Wednesday, August 10, 2011

The Sweet Potato

I love it when I find great books that are old enough so that their copywrite has expired.  I will be sharing several articles over the next few weeks from a few of these books.  The following is taken from:
Science in The Kitchen
Superintendent of the Sanitarium School of Cookery and of the Bay View Assembly School of Cookery, and Chairman of the World's Fair Committee on Food Supplies, for Michigan
This book is full of everything you wanted to know about Cooking in 1893, I am starting with the subject of Sweet Potatoes.
Description.—The sweet potato is a native of the Malayan Archipelago, where it formerly grew wild; thence it was taken to Spain, and from Spain to England and other parts of the globe. It was largely used in Europe as a delicacy on the tables of the rich before the introduction of the common potato, which has now taken its place and likewise its name. The sweet potato is the article referred as potato by Shakespeare and other English writers, previous to the middle of the seventeenth century.

Preparation and Cooking.—What has been said in reference to the common potato, is generally applicable to the sweet potato; it may be prepared and cooked in nearly all the ways of the Irish potato.

In selecting sweet potatoes, choose firm, plump roots, free from any sprouts; if sprouted they will have a poor flavor, and are likely to be watery.

The sweet potato is best cooked with the skin on; but all discolored portions and the dry portion at each end, together with all branchlets, should be carefully removed, and the potato well washed, and if to be baked or roasted, well dried with a cloth before placing in the oven.

The average time required for boiling is about fifty minutes; baking, one hour; steaming, about one hour; roasting, one and one half hours.


Baked Sweet Potatoes.—Select those of uniform size, wash clean, cutting out any imperfect spots, wipe dry, put into moderately hot oven, and bake about one hour, or until the largest will yield to gentle pressure between the fingers. Serve at once without peeling. Small potatoes are best steamed, since if baked, the skins will take up nearly the whole potato.

Baked Sweet Potato No. 2.—Select potatoes of medium size, wash and trim but do not pare, and put on the upper grate of the oven. For a peek of potatoes, put in the lower part of the oven in a large shallow pan a half pint of hot water. The water may be turned directly upon the oven bottom if preferred. Bake slowly, turning once when half done. Serve in their skins, or peel, slice, and return to the oven until nicely browned.

Boiled Sweet Potatoes.—Choose potatoes of equal size; do not pare, but after cleaning them well and removing any imperfect spots, put into cold water and boll until they can be easily pierced with a fork; drain thoroughly, and lay them on the top grate in the oven to dry for five or ten minutes. Peel as soon as dry, and send at once to the table, in a hot dish covered with a folded napkin. Sweet potatoes are much better baked than boiled.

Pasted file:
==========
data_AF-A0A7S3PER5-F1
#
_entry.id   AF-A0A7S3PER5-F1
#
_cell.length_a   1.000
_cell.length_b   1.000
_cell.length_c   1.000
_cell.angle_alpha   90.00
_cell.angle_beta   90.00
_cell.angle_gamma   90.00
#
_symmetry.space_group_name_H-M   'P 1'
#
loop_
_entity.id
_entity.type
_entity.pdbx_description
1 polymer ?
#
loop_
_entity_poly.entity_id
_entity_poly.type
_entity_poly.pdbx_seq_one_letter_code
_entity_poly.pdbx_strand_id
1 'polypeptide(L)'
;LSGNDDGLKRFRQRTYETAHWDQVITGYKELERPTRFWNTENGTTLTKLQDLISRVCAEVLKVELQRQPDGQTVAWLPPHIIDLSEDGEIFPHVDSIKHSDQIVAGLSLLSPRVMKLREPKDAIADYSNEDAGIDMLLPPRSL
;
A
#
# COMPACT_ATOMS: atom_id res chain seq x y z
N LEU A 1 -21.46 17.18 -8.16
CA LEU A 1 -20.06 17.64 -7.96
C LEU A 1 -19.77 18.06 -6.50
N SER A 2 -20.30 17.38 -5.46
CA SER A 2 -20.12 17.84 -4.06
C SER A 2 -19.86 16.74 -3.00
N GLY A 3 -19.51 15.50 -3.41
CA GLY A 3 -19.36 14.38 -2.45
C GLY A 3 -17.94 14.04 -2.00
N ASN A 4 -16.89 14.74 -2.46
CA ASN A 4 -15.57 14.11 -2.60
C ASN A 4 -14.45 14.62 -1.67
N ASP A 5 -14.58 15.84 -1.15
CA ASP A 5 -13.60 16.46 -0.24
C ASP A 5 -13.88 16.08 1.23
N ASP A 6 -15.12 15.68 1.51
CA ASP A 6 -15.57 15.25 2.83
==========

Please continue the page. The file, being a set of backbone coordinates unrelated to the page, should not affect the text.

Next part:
Steamed Sweet Potatoes.—Wash the potatoes well, cut out any discolored portions, and steam over a kettle of boiling water until they can be easily pierced with a fork, not allowing the water in the pot to cease boiling for a moment. Steam only sufficient to cook them, else they will be watery.

Browned Sweet Potatoes.—Slice cold, cooked sweet potatoes evenly, place on slightly oiled tins in a hot oven, and brown.

Mashed Sweet Potatoes.—Either bake or steam nice sweet potatoes, and when tender, peel, mash them well, and season with cream and salt to taste. They may be served at once, or made into patties and browned in the oven.

Potato Hash.—Take equal parts of cold Irish and sweet potatoes; chop fine and mix thoroughly; season with salt if desired, and add sufficient thin cream to moisten well. Turn into a stewpan, and heat gently until boiling, tossing continually, that all parts become heated alike, and serve at once.

Roasted Sweet Potatoes.—Wash clean and wipe dry, potatoes of uniform size, wrap with tissue paper, cover with hot ashes, and then with coals from a hardwood fire; unless near the main fire, the coals will need renewing a few times. This will require a longer time than by any other method, but they are much nicer. The slow, continuous heat promotes their mealiness. When tender, brush the ashes off with a broom, and wipe with a dry cloth. Send to the table in their jackets.

To Dry Sweet Potatoes.—Carefully clean and drop them into boiling water. Let them remain until the skins can be easily slipped off; then cut into slices and spread on racks to dry. To prepare for cooking, soak over night, and boil the next day.


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